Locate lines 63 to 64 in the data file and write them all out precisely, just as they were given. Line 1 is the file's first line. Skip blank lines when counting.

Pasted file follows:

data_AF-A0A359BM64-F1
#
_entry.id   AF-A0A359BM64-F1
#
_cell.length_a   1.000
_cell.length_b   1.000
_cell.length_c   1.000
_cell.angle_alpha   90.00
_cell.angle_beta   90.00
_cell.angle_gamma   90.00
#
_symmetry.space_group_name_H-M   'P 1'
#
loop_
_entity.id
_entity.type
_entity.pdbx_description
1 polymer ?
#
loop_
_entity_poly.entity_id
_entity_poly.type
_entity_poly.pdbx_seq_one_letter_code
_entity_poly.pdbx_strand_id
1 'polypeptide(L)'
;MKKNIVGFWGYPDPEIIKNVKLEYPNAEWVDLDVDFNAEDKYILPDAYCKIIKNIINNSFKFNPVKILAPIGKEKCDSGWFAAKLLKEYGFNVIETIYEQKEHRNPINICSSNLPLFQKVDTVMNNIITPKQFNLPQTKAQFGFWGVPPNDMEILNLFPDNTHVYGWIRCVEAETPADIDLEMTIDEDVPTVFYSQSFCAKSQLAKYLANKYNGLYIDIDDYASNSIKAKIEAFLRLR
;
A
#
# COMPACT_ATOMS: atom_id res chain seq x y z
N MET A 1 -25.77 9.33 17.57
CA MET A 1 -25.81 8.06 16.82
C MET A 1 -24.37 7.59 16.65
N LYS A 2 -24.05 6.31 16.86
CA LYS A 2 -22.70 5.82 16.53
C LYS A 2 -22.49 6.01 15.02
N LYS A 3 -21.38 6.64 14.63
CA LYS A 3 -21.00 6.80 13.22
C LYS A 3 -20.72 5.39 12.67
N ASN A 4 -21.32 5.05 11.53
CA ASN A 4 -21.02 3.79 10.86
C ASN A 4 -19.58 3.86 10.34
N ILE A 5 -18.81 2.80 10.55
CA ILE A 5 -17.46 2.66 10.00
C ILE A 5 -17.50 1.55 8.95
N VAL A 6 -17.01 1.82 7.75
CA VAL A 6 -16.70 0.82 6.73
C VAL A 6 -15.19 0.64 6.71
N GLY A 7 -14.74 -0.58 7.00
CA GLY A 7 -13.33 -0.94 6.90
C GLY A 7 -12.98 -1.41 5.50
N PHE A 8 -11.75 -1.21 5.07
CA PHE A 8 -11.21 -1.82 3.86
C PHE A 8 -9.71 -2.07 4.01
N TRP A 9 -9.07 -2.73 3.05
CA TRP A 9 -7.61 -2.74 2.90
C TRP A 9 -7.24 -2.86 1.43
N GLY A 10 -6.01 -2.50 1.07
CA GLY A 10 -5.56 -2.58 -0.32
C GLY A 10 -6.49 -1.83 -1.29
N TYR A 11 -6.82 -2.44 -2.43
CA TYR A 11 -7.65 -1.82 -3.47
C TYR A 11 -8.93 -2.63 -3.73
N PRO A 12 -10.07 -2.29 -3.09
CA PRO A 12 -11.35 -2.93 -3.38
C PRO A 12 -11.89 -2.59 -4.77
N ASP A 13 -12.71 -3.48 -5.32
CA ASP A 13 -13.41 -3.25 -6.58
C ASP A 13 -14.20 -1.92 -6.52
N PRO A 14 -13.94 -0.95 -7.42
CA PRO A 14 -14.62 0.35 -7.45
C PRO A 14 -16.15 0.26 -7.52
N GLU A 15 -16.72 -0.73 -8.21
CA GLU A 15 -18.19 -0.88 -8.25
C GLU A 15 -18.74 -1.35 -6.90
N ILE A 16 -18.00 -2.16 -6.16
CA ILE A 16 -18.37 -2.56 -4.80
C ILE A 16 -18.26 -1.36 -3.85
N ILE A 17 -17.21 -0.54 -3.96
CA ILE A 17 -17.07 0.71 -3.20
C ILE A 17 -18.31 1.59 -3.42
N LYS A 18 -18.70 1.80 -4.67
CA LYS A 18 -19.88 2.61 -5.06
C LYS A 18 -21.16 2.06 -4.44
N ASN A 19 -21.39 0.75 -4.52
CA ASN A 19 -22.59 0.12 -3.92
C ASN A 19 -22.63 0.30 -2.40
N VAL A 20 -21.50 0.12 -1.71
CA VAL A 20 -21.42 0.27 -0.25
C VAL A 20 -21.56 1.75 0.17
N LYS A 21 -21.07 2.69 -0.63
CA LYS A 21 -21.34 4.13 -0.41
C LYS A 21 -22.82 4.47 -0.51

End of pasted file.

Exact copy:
C TYR A 11 -8.93 -2.63 -3.73
N PRO A 12 -10.07 -2.29 -3.09